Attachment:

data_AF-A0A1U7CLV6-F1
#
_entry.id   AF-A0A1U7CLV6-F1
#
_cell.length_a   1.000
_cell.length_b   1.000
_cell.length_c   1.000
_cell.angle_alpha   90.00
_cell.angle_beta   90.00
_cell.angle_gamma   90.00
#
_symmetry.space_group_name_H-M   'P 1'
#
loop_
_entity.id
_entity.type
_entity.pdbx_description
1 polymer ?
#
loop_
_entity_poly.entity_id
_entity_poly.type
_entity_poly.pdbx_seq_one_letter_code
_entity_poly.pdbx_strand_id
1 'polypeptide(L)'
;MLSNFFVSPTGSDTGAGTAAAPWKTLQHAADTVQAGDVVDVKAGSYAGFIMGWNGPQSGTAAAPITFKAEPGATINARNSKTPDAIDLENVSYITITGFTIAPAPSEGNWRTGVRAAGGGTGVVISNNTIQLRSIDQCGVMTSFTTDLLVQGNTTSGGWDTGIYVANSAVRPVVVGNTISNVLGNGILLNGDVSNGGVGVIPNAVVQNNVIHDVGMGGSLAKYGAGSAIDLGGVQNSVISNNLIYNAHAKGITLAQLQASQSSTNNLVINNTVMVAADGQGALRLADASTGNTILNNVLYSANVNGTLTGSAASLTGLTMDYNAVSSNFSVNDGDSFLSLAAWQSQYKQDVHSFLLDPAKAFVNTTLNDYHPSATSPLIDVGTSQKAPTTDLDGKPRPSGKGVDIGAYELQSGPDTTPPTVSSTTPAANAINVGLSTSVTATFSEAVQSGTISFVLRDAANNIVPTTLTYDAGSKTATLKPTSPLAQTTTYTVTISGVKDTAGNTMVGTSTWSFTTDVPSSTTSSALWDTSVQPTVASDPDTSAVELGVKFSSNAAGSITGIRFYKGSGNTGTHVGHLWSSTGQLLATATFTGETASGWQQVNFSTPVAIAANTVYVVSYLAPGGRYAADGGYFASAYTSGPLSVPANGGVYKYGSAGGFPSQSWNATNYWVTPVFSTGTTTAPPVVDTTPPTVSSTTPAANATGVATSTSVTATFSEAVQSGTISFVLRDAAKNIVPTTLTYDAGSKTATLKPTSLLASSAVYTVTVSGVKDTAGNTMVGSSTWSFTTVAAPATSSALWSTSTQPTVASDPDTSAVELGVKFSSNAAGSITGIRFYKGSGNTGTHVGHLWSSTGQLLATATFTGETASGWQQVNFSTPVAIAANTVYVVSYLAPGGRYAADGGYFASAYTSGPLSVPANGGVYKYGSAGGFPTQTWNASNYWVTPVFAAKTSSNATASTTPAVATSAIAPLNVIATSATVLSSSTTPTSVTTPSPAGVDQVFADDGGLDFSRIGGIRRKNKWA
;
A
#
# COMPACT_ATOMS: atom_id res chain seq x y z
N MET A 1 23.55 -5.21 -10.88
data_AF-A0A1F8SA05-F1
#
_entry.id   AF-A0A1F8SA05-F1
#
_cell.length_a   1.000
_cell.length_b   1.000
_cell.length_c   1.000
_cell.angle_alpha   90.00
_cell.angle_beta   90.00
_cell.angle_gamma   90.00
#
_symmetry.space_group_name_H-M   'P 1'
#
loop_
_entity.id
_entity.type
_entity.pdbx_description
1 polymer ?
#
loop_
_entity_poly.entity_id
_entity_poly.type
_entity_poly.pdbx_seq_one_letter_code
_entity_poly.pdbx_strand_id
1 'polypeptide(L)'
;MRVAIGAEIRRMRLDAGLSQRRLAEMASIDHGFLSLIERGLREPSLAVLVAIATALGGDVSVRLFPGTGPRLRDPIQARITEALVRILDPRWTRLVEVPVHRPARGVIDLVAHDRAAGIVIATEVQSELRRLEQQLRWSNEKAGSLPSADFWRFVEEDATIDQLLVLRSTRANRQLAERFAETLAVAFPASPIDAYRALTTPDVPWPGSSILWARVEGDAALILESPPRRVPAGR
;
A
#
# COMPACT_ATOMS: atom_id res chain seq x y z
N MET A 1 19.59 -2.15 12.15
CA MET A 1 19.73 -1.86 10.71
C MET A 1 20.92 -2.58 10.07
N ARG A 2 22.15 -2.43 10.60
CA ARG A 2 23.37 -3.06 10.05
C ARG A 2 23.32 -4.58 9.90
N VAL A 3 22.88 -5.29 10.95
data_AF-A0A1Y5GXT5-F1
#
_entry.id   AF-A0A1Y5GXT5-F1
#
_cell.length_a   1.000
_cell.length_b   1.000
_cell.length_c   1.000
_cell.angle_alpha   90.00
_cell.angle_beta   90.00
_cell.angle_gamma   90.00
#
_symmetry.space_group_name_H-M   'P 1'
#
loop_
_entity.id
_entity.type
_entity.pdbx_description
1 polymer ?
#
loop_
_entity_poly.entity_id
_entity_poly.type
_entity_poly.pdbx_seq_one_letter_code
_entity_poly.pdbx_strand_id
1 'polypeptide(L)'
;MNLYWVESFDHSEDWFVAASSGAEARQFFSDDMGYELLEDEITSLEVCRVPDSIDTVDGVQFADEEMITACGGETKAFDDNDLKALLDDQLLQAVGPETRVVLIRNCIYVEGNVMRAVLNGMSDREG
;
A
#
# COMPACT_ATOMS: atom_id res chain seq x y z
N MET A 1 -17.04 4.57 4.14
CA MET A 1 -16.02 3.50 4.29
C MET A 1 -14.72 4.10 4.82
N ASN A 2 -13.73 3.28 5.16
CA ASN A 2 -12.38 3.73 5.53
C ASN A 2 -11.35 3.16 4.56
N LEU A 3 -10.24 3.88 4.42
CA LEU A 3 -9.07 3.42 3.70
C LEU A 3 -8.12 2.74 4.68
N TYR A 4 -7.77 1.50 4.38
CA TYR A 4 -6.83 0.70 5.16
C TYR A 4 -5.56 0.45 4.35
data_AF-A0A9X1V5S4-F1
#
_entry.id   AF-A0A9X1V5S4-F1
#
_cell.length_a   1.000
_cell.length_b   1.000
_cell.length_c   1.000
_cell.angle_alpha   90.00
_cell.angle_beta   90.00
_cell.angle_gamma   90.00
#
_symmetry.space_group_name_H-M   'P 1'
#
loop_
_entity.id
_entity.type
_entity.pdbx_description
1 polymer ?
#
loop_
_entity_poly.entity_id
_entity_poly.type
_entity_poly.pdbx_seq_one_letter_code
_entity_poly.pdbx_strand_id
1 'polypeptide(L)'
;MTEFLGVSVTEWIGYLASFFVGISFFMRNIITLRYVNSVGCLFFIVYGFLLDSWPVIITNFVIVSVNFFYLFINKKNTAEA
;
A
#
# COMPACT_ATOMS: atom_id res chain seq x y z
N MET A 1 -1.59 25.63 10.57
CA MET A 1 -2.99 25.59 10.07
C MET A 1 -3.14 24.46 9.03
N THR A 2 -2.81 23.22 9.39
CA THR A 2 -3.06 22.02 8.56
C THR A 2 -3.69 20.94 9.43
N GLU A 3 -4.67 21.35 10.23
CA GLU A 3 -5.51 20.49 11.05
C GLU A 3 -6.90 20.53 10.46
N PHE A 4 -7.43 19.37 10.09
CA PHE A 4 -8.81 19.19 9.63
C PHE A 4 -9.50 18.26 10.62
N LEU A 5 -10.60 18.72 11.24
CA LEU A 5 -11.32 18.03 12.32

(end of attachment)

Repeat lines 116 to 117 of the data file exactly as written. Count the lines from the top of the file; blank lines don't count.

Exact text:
_cell.length_b   1.000
_cell.length_c   1.000